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Google Analytics Encrypted Data and the Future of SEO

I’m sure that most of the readers here on Search Engine Journal are all well aware of Google’s October announcement about making search more secure for their users. Other major SEO and online marketing blogs like Search Engine Land, Search Engine Watch and HubSpot and have been chatting about it for weeks, while dozens of SEO bloggers (myself included) have joined in on the conversation. Google had said that the change would impact less than 10% of daily searches, but I have definitely read more than one post where site owners were complaining that a much greater percentage of data is now being classified as “Not Provided.” In fact, for some of my client’s sites I’ve seen it up as high as 40%! That’s a far cry from the 10% Google initially promised.

Watching this situation develop over the last few months has got me thinking about various “What if” scenarios that could come from encrypted search data and how it might impact SEO down the road.

For the record, these are just questions and concerns that I have. I’m not claiming this is what is happening or what will happen; I’m just throwing a few “What if…” scenarios out there to get all of your thoughts and opinions.

Is Google setting the stage for a paid product?

As it is right now, Google Analytics is free for site owners. However, the encrypted data announcement got me wondering if Google might be looking to introduce a paid version of Analytics down the road. Think about Hulu—when it first launched users could watch all the content they wanted for free. However, Hulu eventually introduced Hulu Plus, which locked premium content behind a $7.99/month fee. Users could still watch some content for free, but all the good stuff Hulu lovers had come to expect was suddenly a premium item. If you wanted it, you had to pay for it.

I wonder if Google is looking to do the same thing one day. Will they offer a free version of Google Analytics that sticks with “Not Provided,” data, but for a fee site owners can access all the data they used to get? Does Google want to start selling what they have been giving away?

Is Google trying to get site owners to spend more on PPC?

Much to the chagrin of many site owners Google has said it will still report click information on AdWords ads; unlike organic analytics, PPC reporting will be unchanged. Obviously Google wants their PPC clients to be successful with the campaigns because it helps ensure they continue to pay for AdWords ads. If you want someone to pay, you have to prove ROI. (How many of us have had that held over our heads by clients when trying to explain the value of SEO?)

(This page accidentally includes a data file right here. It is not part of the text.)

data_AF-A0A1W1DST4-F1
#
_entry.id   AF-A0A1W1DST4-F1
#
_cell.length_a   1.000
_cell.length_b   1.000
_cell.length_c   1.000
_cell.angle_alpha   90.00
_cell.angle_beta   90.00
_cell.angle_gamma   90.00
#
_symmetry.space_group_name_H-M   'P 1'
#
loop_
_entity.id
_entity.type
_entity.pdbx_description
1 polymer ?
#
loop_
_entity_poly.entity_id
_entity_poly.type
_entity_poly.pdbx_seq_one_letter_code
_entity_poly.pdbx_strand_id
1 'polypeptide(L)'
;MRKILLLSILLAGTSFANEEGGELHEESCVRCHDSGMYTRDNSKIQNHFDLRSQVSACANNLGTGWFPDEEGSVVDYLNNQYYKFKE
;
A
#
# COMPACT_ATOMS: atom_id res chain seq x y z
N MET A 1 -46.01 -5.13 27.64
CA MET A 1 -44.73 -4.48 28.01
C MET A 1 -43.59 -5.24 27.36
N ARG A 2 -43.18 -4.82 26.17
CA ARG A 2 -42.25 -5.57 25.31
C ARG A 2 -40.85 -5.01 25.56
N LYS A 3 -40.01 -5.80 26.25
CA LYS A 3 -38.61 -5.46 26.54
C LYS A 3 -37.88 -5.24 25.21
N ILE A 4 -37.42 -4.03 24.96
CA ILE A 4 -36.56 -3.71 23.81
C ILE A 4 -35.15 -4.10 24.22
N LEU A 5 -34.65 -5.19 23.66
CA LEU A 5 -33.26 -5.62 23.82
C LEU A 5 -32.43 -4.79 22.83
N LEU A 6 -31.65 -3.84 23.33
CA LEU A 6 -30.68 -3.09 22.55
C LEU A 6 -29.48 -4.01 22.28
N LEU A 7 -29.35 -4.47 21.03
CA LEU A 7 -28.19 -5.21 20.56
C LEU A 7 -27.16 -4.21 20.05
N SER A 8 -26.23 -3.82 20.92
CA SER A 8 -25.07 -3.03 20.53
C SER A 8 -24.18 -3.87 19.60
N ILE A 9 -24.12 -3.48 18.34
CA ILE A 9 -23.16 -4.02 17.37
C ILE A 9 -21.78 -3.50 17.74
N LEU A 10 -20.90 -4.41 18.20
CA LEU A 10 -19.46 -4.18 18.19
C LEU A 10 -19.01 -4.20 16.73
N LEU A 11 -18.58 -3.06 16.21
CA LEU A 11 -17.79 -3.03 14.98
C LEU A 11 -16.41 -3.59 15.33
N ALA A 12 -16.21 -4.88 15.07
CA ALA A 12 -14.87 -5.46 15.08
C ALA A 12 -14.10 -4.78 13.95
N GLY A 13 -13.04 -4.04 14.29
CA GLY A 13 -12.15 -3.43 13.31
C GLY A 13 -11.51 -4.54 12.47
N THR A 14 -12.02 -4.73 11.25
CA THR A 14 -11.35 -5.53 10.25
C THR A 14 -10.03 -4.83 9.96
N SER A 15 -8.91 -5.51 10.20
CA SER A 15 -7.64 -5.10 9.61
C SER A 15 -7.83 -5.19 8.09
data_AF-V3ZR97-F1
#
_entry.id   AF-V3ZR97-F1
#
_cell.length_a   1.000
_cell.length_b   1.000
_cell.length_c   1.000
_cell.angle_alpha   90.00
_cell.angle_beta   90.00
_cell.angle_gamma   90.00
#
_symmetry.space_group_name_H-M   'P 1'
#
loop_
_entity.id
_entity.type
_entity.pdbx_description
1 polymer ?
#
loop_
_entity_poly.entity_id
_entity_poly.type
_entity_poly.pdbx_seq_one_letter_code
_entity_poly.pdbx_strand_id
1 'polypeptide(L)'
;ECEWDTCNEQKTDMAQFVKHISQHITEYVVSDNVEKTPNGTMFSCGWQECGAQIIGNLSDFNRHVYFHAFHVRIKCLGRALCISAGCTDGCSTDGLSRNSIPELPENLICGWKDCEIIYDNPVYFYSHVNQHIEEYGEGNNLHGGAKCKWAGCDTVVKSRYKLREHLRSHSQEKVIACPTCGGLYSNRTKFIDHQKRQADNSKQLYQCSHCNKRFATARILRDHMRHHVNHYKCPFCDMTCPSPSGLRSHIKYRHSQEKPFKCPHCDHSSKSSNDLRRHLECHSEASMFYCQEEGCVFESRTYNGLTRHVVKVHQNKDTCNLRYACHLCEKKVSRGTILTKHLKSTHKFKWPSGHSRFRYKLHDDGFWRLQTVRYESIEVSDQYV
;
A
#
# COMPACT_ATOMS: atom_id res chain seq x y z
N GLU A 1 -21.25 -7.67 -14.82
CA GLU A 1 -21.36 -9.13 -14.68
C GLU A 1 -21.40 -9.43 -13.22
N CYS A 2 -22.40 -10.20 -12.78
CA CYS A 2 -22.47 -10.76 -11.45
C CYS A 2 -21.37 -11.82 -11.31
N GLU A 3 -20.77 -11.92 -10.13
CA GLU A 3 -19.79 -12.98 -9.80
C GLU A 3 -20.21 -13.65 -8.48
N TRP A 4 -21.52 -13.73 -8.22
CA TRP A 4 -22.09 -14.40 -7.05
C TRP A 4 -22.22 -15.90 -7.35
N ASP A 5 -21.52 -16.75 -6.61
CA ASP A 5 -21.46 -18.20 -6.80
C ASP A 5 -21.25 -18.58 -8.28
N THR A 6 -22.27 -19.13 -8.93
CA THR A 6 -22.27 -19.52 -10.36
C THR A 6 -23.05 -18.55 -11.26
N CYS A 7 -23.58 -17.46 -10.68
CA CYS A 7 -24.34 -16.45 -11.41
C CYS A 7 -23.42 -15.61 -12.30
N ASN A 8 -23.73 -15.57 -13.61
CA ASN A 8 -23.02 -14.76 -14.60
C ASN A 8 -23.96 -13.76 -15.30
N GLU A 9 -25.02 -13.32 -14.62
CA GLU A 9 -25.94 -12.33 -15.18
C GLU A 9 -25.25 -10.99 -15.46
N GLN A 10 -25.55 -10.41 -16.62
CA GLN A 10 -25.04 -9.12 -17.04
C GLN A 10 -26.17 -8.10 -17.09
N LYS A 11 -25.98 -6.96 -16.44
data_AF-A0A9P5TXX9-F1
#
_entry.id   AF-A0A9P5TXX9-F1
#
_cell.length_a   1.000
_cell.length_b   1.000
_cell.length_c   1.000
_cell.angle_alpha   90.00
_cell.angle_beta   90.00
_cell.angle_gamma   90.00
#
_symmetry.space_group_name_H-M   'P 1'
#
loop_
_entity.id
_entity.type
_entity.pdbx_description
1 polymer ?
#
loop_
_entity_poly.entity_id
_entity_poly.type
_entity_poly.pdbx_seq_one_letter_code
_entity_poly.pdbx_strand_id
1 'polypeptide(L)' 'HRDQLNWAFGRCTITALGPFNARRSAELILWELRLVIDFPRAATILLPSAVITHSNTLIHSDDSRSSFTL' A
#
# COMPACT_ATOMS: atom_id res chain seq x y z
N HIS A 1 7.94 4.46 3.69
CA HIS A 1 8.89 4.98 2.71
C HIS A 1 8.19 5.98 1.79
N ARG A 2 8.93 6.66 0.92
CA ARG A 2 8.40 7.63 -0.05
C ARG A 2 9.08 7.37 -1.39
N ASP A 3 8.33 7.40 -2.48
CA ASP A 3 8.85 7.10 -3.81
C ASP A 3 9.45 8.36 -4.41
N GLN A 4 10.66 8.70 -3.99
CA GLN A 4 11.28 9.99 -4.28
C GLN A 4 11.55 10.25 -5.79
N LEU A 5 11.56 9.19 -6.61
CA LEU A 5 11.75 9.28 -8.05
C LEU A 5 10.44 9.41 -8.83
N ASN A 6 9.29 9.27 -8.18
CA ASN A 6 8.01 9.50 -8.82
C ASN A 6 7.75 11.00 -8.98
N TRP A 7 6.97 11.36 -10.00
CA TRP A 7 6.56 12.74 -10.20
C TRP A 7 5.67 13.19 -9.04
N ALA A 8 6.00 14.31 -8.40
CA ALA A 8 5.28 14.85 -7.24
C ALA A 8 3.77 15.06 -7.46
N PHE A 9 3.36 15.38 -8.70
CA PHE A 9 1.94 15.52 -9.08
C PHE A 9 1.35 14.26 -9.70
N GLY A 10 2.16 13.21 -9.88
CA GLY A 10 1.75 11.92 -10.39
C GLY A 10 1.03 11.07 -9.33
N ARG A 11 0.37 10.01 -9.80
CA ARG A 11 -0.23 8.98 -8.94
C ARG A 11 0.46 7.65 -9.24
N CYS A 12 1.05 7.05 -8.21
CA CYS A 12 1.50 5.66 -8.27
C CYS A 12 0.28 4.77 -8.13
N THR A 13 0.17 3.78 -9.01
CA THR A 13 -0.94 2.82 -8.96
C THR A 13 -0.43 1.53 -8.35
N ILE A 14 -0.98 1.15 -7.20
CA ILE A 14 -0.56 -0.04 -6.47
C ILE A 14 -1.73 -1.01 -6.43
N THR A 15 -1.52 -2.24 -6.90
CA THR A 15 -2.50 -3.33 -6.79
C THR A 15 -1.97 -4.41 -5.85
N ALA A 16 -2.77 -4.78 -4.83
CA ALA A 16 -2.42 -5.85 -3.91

Since PPC reporting will remain unaffected, I started wondering if Google is trying to push more site owners to spend more on their PPC campaigns in order to acquire data that can be used for their SEO campaign. I, like most SEO professionals, don’t like making recommendations to my clients that aren’t based on quantifiable data. If more and more organic searches are encrypted, will site owners and SEO providers have to rely on PPC campaign data to make SEO decisions? How many campaigns would you need to run to get all the data you needed to make an educated decision?

How will this affect the value of mobile search?

Droid phones are dominating the Smartphone market right now, and a new Droid requires a Google account to be activated. I have a Droid phone, which means I am constantly logged into my Google account. Every single search I conduct on my phone (and it’s a lot) is now encrypted. There is no denying that mobile search is going to have a big impact on the SEO industry in the future, but with Droid taking a lion’s share of the market, will there be any reliable data for us to use? Mobile SEO is still a relatively underdeveloped field, with many site owners just getting their feet wet. Will encrypted search make it pointless for site owners to even try? Or will they just be forced to make blind decisions and hope for the best?

Are Google’s intentions as pure as they claim?

If Google was really serious about protecting user’s privacy, why not just shut down Google Analytics entirely? Why let some data go through? It feels like Google is trying to play both sides of the fence right now, fighting privacy concerns and still trying to keep site owners from using other analytics providers.

As I mentioned before, these are just a few of the “What if” scenarios I’ve played out in my head since Google’s secure search announcement. I don’t have a crystal ball or an insider look into inner workings of Google, so I can’t say if any of my fears will come to pass or if I’ve missed the mark entirely. These are just a few of the concerns I have if the encrypted search trend I’m seeing with my site and my clients’ sites continues.

I’d love to hear what you think about Google search, encrypted data and its long term affect on SEO.

Category SEO
Nick Stamoulis Brick Marketing

Nick Stamoulis is the President of Brick Marketing, a full service Boston SEO firm. With nearly 13 years of experience ...

Google Analytics Encrypted Data and the Future of SEO

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